Global Ethics

2510:
Discipline: Philosophy and Religious Studies
Instructor: Harmon
Credits: 3
Day: A
Start: 14:15
End: 15:30
Field Work: Day 1 - Hamburg - Thursday, 5 September | Germany Download Syllabus

This upper division class will explore some major elements in moral philosophy, with a focus upon moral and cultural diversity.  The class will consider and evaluate the relativist and subjectivist conclusions often drawn from the facts of moral diversity, and will explore different religious systems of morality (Christianity, Islam, Buddhism) as well as the differences between religious and secular approaches to ethics. After these theoretical matters have been addressed we will turn our attention to issues of practical moral concern. Such issues will include perennial matters of life and death (abortion, euthanasia, the killing of animals) and global issues arising from our increasingly interconnected global situation (world poverty, environmental ethics, war, torture and terrorism).

Field Work

Country: Germany
Day: 1 - Hamburg - Thursday, 5 September

For the first half of the field lab, we are going to visit an NGO called Amnesty for Women, founded in Hamburg in 1986 as a counseling center to counsel and support migrant women, many of whom are subject to human trafficking, prostitution, domestic violence, isolation, and repression.   In particular, we are going to learn about the counseling projects aimed at reaching female sex workers, many of whom are from Thailand, including such topics as health and safety issues, legal concerns, and how to avoid violence and impoverishment. In the second half of the field lab, we are going to visit Hamburg’s red light district, the Reeperban---in the day light---to deconstruct what is sometimes referred to as the sundige meile, or the sinful mile.  Besides restaurants, night clubs, etc, the Reeperban is packed with sex shops, a sex museum, brothels, strip clubs and a wide array of sex workers. The Reeperban’s red light district features the Herbertstrasse, with prostitutes sitting in windows, advertising for customers.  (It is closed off by a wall for minor and “female visitors,” although it is not officially prohibited for women to enter the street---merely strongly discouraged by the police.) Chances are:  you are going to visit the Reeperban at night, and the purpose of this field lab is to take a tour of the street during the day, to learn about its history, the laws that apply, how the police keep the peace, the gang life that controls the brothels, and how the sex workers live, work, and try to survive.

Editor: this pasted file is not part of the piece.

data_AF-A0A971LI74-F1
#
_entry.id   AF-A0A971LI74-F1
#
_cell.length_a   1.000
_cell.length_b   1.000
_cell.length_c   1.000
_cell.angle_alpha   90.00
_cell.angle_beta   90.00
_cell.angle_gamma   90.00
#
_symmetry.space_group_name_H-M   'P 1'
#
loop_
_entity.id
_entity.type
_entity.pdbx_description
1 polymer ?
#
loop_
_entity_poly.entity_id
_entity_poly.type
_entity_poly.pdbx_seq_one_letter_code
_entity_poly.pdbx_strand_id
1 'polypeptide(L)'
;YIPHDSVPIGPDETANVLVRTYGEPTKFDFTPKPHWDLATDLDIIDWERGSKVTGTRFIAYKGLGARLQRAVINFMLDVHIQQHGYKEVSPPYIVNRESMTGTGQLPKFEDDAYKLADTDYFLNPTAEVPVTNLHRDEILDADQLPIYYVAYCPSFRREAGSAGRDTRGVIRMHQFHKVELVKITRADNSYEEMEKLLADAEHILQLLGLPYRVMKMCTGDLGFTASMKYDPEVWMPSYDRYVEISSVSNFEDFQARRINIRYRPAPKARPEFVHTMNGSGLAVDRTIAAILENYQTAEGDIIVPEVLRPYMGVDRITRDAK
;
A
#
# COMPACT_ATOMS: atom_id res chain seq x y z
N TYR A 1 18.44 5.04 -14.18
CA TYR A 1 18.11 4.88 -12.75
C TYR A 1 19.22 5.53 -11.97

Issues that you might discuss in your reflective journals:  What would a Kantian analysis of prostitution look like?  Do you believe that sex workers are exercising their “free will” as moral agents when engaging in this work?  What would a utilitarian analysis of the sex work that you have learned about look like---is it “moral?”   What do you think John Stuart Mill would have to say on the topic of sex work?  Should sex work be “legalized,” and what would the cost-benefit analysis look like in favor of legalization?  How is prostitution dealt with within the scheme of international human rights?  How have your views about prostitution changed as a result of what you have learned about the women who the sex workers in the Reeperban?